The UIDAI has declined to provide the list of private agencies whose license to do eKYC has been cancelled. This was in response to an RTI filed by Srikanth L, which asked for a list of all the Aadhaar enabled private authentication agencies whose licenses were cancelled after the Supreme Court’s verdict on the constitutional validity of the Aadhaar Act. (The RTI responses at the end of the story.)
The UIDAI declined to share the information on the ground that the request “falls under exemption as mentioned in section 8(1)(d) and (1)(e) of the RTI Act, 2005.”
The RTI also sought the list of privately owned sub-AUAs whose licenses were cancelled and a list of
– AUA (Authentication User Agency),
– ASA (Authentication Service Agency),
– KUA (KYC User Agency),
– KSA (KYC Service Agency)
that were live as on November 15, 2018.
The UIDAI used the same grounds to not provide this information. However, the information about active AUA, ASA and KUA was accessible in public domain previously. The last list available in the public domain was updated on August 31, 2018 and the others can be accessed here, here and here.
Srikanth, in his RTI, also asked about the list of notices UIDAI sent to private entities following the SC order. The UIDAI, in its response, invoked the same section of RTI Act to decline the information request.
UIDAI withholding information
What is an AUA?
According to UIDAI, an AUA is an entity engaged in providing Aadhaar authentication services to entities. This authentication is facilitated by the Authentication Service Agency (ASA). An AUA may be government, public, private or legal agency registered in India, which uses Aadhaar authentication services of the UIDAI and sends the authentication requests to enable its services and business functions.
AUAs serve applications that need Aadhaar authentication and might include ePDS systems that are used in government owned PDS outlets as well as SIM card distributors who use fingerprint authentication to do eKYC and give SIM cards.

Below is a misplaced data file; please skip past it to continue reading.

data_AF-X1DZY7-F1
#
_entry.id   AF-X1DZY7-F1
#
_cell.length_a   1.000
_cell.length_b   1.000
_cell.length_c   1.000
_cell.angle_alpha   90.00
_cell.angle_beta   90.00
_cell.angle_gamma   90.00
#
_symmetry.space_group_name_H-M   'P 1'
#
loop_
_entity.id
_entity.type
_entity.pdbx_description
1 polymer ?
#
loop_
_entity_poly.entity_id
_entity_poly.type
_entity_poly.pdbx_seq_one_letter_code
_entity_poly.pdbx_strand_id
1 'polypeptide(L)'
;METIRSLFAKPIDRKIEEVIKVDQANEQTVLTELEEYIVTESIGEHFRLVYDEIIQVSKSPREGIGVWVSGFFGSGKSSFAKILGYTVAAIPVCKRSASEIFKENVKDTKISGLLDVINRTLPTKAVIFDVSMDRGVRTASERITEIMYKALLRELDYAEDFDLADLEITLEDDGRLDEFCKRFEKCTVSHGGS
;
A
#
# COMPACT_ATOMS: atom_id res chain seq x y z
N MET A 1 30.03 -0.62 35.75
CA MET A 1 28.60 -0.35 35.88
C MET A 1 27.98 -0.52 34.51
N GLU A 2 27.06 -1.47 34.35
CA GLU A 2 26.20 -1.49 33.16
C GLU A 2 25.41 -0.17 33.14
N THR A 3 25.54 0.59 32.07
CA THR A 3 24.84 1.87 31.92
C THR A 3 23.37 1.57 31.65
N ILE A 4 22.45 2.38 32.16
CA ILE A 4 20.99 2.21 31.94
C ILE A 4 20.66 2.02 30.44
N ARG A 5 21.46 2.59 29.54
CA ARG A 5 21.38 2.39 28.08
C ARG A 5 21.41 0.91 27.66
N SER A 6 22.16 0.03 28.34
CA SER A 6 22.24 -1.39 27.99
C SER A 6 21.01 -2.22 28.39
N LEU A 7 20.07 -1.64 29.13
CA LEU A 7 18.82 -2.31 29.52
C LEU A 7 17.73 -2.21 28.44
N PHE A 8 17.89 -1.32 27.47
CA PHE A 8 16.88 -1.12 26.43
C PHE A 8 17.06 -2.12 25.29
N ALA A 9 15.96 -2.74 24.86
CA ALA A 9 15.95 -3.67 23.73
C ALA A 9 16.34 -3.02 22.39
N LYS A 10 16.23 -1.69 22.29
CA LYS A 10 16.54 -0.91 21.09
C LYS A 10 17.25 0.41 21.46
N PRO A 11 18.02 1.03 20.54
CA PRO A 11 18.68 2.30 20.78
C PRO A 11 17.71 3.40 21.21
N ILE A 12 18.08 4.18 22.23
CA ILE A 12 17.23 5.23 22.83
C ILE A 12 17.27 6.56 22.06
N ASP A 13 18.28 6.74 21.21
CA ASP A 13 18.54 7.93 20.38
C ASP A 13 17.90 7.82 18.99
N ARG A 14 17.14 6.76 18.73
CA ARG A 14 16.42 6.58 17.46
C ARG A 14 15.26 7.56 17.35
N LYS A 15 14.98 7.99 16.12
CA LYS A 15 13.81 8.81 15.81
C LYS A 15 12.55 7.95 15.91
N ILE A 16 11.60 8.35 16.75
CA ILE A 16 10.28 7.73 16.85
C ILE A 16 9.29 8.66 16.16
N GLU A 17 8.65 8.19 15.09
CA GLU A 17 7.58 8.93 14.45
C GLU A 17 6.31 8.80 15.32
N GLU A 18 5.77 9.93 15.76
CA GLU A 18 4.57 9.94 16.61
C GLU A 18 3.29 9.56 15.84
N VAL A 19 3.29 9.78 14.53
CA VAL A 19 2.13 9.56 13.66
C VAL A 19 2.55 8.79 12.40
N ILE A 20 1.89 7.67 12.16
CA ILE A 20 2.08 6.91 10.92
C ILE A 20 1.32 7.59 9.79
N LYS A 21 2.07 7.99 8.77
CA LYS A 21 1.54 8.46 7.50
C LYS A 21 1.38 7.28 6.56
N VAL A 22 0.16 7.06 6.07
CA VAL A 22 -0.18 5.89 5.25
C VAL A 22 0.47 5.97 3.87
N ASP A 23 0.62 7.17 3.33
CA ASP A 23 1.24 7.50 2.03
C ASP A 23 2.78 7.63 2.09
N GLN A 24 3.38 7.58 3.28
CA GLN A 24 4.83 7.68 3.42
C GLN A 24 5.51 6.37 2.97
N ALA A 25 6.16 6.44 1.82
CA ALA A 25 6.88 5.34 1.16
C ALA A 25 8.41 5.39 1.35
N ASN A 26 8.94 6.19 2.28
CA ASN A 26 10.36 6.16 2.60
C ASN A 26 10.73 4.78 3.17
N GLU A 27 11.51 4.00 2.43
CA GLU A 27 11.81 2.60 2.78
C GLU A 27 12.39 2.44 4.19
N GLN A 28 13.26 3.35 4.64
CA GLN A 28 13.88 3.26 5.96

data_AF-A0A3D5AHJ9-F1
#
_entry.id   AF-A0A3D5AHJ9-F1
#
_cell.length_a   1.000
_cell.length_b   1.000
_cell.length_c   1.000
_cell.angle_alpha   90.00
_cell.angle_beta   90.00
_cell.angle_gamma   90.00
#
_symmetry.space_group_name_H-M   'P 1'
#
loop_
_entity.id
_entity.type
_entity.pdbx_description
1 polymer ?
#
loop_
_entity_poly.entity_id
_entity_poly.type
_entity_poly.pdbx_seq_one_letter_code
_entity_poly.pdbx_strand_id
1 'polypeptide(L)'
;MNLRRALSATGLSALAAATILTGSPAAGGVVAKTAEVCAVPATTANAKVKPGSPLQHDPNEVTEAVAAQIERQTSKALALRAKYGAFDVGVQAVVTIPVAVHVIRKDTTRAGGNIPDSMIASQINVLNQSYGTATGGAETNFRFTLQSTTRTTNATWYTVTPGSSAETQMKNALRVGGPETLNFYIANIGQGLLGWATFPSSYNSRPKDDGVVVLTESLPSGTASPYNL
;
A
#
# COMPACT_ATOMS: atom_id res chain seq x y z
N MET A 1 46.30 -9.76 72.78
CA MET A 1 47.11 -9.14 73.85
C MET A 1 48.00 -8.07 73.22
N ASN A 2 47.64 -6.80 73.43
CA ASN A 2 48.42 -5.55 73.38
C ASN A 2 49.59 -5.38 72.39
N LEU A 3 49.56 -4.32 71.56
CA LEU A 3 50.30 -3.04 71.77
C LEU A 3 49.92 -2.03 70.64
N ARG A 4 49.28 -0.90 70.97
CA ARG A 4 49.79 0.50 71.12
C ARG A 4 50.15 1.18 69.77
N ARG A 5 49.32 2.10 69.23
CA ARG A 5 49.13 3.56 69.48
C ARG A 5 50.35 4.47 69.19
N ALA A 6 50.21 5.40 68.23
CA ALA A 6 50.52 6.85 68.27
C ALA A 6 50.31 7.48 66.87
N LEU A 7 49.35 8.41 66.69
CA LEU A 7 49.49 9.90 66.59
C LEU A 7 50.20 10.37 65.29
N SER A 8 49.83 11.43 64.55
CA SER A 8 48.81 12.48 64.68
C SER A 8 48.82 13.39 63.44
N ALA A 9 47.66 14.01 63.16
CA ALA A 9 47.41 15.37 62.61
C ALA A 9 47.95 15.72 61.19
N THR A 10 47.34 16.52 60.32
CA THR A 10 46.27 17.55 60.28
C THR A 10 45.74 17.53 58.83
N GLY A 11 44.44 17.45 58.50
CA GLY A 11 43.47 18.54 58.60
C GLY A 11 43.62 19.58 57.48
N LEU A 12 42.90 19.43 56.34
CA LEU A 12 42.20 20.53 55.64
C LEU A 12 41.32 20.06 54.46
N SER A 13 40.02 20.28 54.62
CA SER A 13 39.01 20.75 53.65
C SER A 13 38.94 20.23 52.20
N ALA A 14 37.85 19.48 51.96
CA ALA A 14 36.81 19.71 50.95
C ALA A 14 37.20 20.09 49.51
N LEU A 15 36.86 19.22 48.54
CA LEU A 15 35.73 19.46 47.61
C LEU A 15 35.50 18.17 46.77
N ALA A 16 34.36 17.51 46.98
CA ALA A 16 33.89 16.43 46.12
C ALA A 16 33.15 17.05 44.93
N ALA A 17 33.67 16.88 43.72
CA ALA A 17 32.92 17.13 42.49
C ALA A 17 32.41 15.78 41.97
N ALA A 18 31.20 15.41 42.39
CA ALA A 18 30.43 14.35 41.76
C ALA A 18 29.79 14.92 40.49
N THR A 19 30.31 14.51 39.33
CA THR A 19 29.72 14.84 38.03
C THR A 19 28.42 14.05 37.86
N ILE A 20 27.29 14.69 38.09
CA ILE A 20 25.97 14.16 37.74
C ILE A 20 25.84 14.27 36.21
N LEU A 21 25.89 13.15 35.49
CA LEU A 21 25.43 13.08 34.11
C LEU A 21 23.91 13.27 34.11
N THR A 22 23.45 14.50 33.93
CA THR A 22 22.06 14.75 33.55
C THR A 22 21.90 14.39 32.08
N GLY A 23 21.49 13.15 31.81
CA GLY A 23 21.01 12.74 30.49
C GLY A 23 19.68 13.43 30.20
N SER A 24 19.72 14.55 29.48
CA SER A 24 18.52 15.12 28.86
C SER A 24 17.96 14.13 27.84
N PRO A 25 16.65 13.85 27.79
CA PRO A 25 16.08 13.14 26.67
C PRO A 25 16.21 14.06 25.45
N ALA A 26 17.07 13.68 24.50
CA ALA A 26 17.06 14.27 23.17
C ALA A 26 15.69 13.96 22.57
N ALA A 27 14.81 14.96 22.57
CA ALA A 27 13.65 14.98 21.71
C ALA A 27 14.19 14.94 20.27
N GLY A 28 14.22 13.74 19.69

What does the Supreme Court judgement say about authentication by private parties?
Supreme Court in its judgement struck down Section 57 of the Aadhaar Act that allowed for use of Aadhaar authentication and eKYC by private companies.
Section 8(1)(d) and (1)(e) of the RTI Act
According to 8(1)(d) of the RTI Act, “information including commercial confidence, trade secrets or intellectual property, the disclosure of which would harm the competitive position of a third party, unless the competent authority is satisfied that larger public interest warrants the disclosure of such information,” Amrita Johri, an RTI activist with Satark Nagrik Sangathan, told MediaNama.
She added that, (8)(1)(e) of the RTI Act refers to the “information available to a person in his fiduciary relationship, unless the competent authority is satisfied that the larger public interest warrants the disclosure of such information.”
Can the UIDAI use section 8(1)(d) and (1)(e) of the RTI Act to not provide the requested information?
“The information is being denied by illegally invoking these exemptions,” explained Johri. “Past practice of the UIDAI itself, of publicly disclosing names of AUAs etc shows that such information is not exempt from disclosure. In fact such information is of immense public interest. It will enable the public at large to ensure that only authorised agencies are claiming to be thus,” she added.
“Further since the SC has given specific directions regarding the use of Aadhaar, especially by private companies, the UIDAI as the nodal regulator must ensure that all the directions are complied with and details of the compliance are made public,” Johri said.
She further added, “regulators are to act on behalf of the public and not as profit maximising agents of private companies. Public trust in regulators is directly linked to the level of transparency and public disclosure followed by regulators. Information about these agencies is not held by the UIDAI in a fiduciary capacity and disclosure will certainly not harm the competitive position of these agencies.”
“The RTI response shows the poor comprehension of the provisions of the RTI Act within the UIDAI and raises questions about the level of competence in the authority. Senior level officials must immediately ensure that officials are properly oriented vis-a-vis the RTI act,” she added.